Investment management partner at Smith & Williamson
Garry White, Chief Investment Commentator at Charles Stanley, says:
There are two major events in this month that could determine market direction – the Federal Reserve’s meeting on June 14-15 and the UK’s EU referendum on June 23. The outcome of both remains uncertain.
Comments from the Federal Reserve got significantly more hawkish as May progressed – in direct contrast to chair Janet Yellen’s decidedly dovish last major speech. The US is on the verge of meeting most of the economic conditions the central bank has set to increase interest rates. These are: to see additional signs of a rebound in the economy in the second quarter; further strengthening in the jobs market; and inflation moving towards its 2% target. However, markets have been burned by hawkish signalling by the Fed before and a rise this month is no means a done deal.
This is especially true as the interest rate decision is announced a week before the outcome of the Brexit referendum. The latest polls are showing that the Remain camp appears to be gaining traction – and the bookies also believe that a vote to leave is unlikely – but both the pollsters and the bookies failed to predict a Conservative majority at the last general election. However, if they are correct, UK sectors that have been hit on Brexit fears are likely to rally. These include house builders, REITs and banks. If you believe the bookies are correct, these sectors are good homes for your cash.
Chief Investment Commentator at Charles Stanley
Lee Goggin, Co-Founder of findaWEALTHMANAGER.com, says:
The debate around Brexit will remain centre stage for a while and although opinion polls do look to be favouring the Remain campaign, the twists and turns ahead of the final vote will produce some interesting debate no doubt. This will keep the politicos happy, but I’ve wondered recently if the forthcoming Euro 2016 football tournament in France will affect the way the UK population votes on the 23 June.
The vote happens right in the middle of the tournament and whilst not everyone will be cheering for England, on the football field, a large proportion of the population might be swayed by our team’s success or otherwise. By progressing well in the tournament would we be more benevolent towards our friends in Europe and inclined to vote to remain? On the other hand, if we were to perform poorly and let’s be honest, it has happened before, will we feel less inclined towards Europe? I’m not sure we are that fickle, but what worries me is the thought that the Remain side will assume everyone else will vote and they don’t need to, thus allowing the Brexiters in via the back door. So make sure you vote whatever your feelings about politics or football.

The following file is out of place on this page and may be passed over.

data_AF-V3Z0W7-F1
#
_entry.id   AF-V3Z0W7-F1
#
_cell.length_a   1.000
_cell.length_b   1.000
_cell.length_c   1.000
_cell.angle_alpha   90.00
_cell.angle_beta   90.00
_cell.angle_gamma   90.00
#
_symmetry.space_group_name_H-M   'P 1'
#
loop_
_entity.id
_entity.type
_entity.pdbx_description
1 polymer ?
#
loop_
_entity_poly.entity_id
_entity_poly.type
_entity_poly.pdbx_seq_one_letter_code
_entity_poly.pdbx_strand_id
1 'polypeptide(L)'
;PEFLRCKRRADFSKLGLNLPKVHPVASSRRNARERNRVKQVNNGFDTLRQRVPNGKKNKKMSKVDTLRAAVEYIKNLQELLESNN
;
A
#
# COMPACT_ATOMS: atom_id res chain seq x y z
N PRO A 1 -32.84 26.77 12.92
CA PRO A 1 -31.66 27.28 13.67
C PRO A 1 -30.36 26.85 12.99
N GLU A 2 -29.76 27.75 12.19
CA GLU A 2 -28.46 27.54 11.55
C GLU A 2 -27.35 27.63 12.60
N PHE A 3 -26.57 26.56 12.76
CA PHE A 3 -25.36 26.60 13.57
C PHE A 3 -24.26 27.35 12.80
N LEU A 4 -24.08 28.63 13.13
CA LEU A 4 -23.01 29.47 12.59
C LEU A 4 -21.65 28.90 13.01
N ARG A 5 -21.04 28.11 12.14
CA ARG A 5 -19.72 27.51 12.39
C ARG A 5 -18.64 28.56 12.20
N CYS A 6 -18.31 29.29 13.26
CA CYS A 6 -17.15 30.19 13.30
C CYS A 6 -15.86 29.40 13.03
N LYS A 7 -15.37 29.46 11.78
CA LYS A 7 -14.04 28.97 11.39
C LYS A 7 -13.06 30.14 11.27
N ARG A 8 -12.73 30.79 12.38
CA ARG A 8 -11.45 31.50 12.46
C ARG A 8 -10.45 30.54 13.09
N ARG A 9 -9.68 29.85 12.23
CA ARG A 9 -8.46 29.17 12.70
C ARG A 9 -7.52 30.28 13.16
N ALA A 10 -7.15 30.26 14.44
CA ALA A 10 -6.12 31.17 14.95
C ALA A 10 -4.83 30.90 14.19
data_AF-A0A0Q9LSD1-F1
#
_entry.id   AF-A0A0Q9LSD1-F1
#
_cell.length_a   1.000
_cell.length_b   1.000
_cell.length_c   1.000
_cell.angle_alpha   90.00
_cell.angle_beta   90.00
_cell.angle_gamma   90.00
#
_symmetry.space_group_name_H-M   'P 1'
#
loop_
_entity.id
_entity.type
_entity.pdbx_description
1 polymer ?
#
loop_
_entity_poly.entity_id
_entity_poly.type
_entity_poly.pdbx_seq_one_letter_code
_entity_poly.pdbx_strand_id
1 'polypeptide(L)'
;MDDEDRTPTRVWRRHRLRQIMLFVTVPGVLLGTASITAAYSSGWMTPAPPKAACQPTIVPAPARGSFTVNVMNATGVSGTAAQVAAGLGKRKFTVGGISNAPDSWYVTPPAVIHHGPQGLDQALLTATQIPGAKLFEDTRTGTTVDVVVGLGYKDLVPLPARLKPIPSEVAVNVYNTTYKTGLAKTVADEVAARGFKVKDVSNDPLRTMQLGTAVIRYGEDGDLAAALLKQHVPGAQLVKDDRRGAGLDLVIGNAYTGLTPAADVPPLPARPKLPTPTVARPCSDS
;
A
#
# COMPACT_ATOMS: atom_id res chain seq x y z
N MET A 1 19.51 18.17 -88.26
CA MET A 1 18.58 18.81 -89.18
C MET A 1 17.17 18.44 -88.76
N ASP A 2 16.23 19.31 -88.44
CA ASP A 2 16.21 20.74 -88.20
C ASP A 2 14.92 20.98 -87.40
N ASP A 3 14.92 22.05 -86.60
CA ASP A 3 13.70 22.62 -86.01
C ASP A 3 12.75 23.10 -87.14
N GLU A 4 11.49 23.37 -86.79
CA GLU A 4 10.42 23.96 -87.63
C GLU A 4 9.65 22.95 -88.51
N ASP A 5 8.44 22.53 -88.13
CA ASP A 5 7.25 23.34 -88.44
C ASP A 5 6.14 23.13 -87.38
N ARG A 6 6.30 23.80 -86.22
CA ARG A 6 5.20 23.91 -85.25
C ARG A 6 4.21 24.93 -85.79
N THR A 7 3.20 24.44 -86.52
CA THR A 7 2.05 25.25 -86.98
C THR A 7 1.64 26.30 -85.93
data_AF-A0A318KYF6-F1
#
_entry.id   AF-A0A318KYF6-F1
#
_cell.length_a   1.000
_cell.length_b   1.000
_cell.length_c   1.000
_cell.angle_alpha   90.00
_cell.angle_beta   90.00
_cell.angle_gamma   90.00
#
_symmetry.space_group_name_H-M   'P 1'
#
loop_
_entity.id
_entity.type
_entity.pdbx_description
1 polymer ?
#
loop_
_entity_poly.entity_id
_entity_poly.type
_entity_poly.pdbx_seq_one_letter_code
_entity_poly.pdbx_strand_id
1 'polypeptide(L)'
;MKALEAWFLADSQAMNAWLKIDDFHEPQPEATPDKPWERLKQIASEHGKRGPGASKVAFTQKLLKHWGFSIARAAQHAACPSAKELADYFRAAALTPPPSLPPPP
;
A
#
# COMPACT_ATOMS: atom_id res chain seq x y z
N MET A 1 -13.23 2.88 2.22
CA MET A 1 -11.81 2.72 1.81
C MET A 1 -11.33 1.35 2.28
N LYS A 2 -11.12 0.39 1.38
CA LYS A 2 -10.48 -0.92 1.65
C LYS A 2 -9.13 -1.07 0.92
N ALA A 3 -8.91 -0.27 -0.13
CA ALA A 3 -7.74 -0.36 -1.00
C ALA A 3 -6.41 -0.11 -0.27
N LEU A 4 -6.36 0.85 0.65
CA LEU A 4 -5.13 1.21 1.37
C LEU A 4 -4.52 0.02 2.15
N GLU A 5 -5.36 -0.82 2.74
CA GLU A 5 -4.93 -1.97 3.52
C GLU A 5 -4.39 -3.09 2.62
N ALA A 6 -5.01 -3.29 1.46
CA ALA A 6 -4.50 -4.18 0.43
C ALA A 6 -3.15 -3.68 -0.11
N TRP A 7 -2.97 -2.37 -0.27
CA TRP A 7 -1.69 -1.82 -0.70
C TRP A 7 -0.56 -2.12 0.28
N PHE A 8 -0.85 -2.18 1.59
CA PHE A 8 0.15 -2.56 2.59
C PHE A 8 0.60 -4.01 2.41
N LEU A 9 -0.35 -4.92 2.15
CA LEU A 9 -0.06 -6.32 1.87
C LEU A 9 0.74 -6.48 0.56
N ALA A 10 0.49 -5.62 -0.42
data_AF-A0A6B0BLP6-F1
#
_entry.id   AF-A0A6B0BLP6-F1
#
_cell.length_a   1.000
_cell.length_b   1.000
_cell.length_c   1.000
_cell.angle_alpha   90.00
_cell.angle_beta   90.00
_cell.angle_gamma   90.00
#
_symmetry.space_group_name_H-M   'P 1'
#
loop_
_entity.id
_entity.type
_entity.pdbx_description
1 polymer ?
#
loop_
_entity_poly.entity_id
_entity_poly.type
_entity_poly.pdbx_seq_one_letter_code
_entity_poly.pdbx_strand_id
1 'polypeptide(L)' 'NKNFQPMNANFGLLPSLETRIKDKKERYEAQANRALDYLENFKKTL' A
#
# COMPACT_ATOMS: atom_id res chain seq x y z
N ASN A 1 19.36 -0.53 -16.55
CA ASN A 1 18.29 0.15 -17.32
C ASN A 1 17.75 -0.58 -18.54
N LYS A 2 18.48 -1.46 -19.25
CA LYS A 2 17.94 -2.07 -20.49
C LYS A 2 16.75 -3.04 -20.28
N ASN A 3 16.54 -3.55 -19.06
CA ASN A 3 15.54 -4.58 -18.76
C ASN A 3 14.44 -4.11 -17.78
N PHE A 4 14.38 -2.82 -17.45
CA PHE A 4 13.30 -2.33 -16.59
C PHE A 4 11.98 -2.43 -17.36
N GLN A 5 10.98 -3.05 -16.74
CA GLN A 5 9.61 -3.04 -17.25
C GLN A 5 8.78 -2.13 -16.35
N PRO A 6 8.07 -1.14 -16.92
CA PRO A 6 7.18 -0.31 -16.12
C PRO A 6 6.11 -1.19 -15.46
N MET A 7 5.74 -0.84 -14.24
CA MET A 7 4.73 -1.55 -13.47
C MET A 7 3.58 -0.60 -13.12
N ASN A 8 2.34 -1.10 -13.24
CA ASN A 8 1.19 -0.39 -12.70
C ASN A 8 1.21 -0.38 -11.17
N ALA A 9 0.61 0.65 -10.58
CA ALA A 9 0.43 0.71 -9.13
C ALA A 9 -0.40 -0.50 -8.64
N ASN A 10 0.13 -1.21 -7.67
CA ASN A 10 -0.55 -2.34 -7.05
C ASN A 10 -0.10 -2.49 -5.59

And what does that all mean for your investments? Hang in there is probably the best advice and get some timely advice from a professional adviser. The wealth managers on our panel are deploying strategies to mitigate the various risks clients’ portfolios face now.
Co-Founder of findaWEALTHMANAGER.com
David Cooke, Investment Manager at Saltus Investment Managers, says:
We have a long held view that Brexit is a “tail event” i.e. something not likely but if it happens, liable to have a big impact. Initially that impact would be negative and the pound, stocks and gilt markets would be impacted. The pound would take the first hit and could fall as much as 10-15%. Stocks would likely do the same thing, although there is a big debate over whether big companies or small ones would be hurt more.
It would also knock on into the rest of the world (especially Europe) given that the general global backdrop is uncertain/skittish for a number of macro reasons (slowing economic growth being the big one). We anticipate that European equities would fall by the same order of magnitude as the UK, as Europe is not in great shape and they need this event like a hole in the head.
We would stress that this risk is just one of many big, global risks. We could vote to stay in and then have, for example, a Chinese currency crisis, which would impact UK markets to a similar extent.